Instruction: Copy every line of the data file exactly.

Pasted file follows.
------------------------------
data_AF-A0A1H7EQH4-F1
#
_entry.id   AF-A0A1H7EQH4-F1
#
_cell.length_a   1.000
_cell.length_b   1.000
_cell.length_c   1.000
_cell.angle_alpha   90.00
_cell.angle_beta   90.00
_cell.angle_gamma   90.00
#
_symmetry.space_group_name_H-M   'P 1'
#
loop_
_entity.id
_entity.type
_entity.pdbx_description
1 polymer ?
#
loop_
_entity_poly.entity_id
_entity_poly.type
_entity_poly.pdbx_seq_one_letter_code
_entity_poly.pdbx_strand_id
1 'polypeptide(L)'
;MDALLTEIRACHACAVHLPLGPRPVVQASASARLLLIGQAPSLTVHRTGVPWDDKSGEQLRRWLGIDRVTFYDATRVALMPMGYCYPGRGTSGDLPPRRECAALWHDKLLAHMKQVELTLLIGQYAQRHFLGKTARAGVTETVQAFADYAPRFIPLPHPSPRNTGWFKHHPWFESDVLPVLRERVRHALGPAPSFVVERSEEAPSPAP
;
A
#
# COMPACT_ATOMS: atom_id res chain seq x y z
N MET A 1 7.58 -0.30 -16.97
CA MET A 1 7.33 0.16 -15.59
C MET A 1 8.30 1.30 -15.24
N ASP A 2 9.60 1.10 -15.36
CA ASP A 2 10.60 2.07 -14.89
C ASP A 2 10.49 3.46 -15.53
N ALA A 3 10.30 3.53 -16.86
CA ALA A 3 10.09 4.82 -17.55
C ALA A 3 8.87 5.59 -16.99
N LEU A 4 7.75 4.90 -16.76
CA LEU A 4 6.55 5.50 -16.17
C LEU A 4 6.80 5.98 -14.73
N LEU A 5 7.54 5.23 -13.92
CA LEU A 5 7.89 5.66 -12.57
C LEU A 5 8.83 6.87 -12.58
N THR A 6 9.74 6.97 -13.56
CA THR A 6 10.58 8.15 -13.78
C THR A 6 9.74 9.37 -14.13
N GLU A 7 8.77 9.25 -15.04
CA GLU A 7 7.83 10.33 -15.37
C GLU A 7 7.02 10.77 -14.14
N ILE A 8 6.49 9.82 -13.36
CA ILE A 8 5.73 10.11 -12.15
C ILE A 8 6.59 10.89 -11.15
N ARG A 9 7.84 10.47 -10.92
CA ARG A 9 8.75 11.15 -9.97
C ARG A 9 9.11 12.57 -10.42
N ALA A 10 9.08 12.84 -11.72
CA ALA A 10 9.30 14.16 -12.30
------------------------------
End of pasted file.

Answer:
data_AF-A0A1H7EQH4-F1
#
_entry.id   AF-A0A1H7EQH4-F1
#
_cell.length_a   1.000
_cell.length_b   1.000
_cell.length_c   1.000
_cell.angle_alpha   90.00
_cell.angle_beta   90.00
_cell.angle_gamma   90.00
#
_symmetry.space_group_name_H-M   'P 1'
#
loop_
_entity.id
_entity.type
_entity.pdbx_description
1 polymer ?
#
loop_
_entity_poly.entity_id
_entity_poly.type
_entity_poly.pdbx_seq_one_letter_code
_entity_poly.pdbx_strand_id
1 'polypeptide(L)'
;MDALLTEIRACHACAVHLPLGPRPVVQASASARLLLIGQAPSLTVHRTGVPWDDKSGEQLRRWLGIDRVTFYDATRVALMPMGYCYPGRGTSGDLPPRRECAALWHDKLLAHMKQVELTLLIGQYAQRHFLGKTARAGVTETVQAFADYAPRFIPLPHPSPRNTGWFKHHPWFESDVLPVLRERVRHALGPAPSFVVERSEEAPSPAP
;
A
#
# COMPACT_ATOMS: atom_id res chain seq x y z
N MET A 1 7.58 -0.30 -16.97
CA MET A 1 7.33 0.16 -15.59
C MET A 1 8.30 1.30 -15.24
N ASP A 2 9.60 1.10 -15.36
CA ASP A 2 10.60 2.07 -14.89
C ASP A 2 10.49 3.46 -15.53
N ALA A 3 10.30 3.53 -16.86
CA ALA A 3 10.09 4.82 -17.55
C ALA A 3 8.87 5.59 -16.99
N LEU A 4 7.75 4.90 -16.76
CA LEU A 4 6.55 5.50 -16.17
C LEU A 4 6.80 5.98 -14.73
N LEU A 5 7.54 5.23 -13.92
CA LEU A 5 7.89 5.66 -12.57
C LEU A 5 8.83 6.87 -12.58
N THR A 6 9.74 6.97 -13.56
CA THR A 6 10.58 8.15 -13.78
C THR A 6 9.74 9.37 -14.13
N GLU A 7 8.77 9.25 -15.04
CA GLU A 7 7.83 10.33 -15.37
C GLU A 7 7.02 10.77 -14.14
N ILE A 8 6.49 9.82 -13.36
CA ILE A 8 5.73 10.11 -12.15
C ILE A 8 6.59 10.89 -11.15
N ARG A 9 7.84 10.47 -10.92
CA ARG A 9 8.75 11.15 -9.97
C ARG A 9 9.11 12.57 -10.42
N ALA A 10 9.08 12.84 -11.72
CA ALA A 10 9.30 14.16 -12.30